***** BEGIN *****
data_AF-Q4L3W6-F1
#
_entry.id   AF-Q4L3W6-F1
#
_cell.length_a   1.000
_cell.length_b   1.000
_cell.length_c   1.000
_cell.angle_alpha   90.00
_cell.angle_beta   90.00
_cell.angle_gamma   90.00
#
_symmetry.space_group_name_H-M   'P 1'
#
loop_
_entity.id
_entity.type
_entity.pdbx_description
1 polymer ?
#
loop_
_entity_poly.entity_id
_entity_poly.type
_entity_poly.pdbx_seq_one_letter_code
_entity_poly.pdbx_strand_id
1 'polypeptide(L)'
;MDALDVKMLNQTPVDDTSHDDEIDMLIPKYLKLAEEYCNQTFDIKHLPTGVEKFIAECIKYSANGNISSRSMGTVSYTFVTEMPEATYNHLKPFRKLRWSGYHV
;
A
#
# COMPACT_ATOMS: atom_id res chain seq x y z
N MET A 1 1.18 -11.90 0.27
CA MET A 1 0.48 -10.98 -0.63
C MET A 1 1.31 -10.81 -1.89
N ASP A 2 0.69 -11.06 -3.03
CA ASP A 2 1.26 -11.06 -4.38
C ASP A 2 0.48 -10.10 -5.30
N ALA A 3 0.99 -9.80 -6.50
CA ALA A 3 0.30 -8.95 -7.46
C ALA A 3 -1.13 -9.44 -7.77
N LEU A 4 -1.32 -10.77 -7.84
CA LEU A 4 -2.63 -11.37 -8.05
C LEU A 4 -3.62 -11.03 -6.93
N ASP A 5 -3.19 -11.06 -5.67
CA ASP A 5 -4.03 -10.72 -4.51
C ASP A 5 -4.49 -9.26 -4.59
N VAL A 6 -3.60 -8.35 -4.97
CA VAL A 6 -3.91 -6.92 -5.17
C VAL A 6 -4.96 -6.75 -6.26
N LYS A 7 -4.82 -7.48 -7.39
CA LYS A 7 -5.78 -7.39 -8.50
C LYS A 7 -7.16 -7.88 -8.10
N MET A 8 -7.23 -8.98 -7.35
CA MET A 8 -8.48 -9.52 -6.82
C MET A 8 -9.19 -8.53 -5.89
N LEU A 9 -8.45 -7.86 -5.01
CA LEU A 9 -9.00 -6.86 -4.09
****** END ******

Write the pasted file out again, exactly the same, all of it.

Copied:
data_AF-Q4L3W6-F1
#
_entry.id   AF-Q4L3W6-F1
#
_cell.length_a   1.000
_cell.length_b   1.000
_cell.length_c   1.000
_cell.angle_alpha   90.00
_cell.angle_beta   90.00
_cell.angle_gamma   90.00
#
_symmetry.space_group_name_H-M   'P 1'
#
loop_
_entity.id
_entity.type
_entity.pdbx_description
1 polymer ?
#
loop_
_entity_poly.entity_id
_entity_poly.type
_entity_poly.pdbx_seq_one_letter_code
_entity_poly.pdbx_strand_id
1 'polypeptide(L)'
;MDALDVKMLNQTPVDDTSHDDEIDMLIPKYLKLAEEYCNQTFDIKHLPTGVEKFIAECIKYSANGNISSRSMGTVSYTFVTEMPEATYNHLKPFRKLRWSGYHV
;
A
#
# COMPACT_ATOMS: atom_id res chain seq x y z
N MET A 1 1.18 -11.90 0.27
CA MET A 1 0.48 -10.98 -0.63
C MET A 1 1.31 -10.81 -1.89
N ASP A 2 0.69 -11.06 -3.03
CA ASP A 2 1.26 -11.06 -4.38
C ASP A 2 0.48 -10.10 -5.30
N ALA A 3 0.99 -9.80 -6.50
CA ALA A 3 0.30 -8.95 -7.46
C ALA A 3 -1.13 -9.44 -7.77
N LEU A 4 -1.32 -10.77 -7.84
CA LEU A 4 -2.63 -11.37 -8.05
C LEU A 4 -3.62 -11.03 -6.93
N ASP A 5 -3.19 -11.06 -5.67
CA ASP A 5 -4.03 -10.72 -4.51
C ASP A 5 -4.49 -9.26 -4.59
N VAL A 6 -3.60 -8.35 -4.97
CA VAL A 6 -3.91 -6.92 -5.17
C VAL A 6 -4.96 -6.75 -6.26
N LYS A 7 -4.82 -7.48 -7.39
CA LYS A 7 -5.78 -7.39 -8.50
C LYS A 7 -7.16 -7.88 -8.10
N MET A 8 -7.23 -8.98 -7.35
CA MET A 8 -8.48 -9.52 -6.82
C MET A 8 -9.19 -8.53 -5.89
N LEU A 9 -8.45 -7.86 -5.01
CA LEU A 9 -9.00 -6.86 -4.09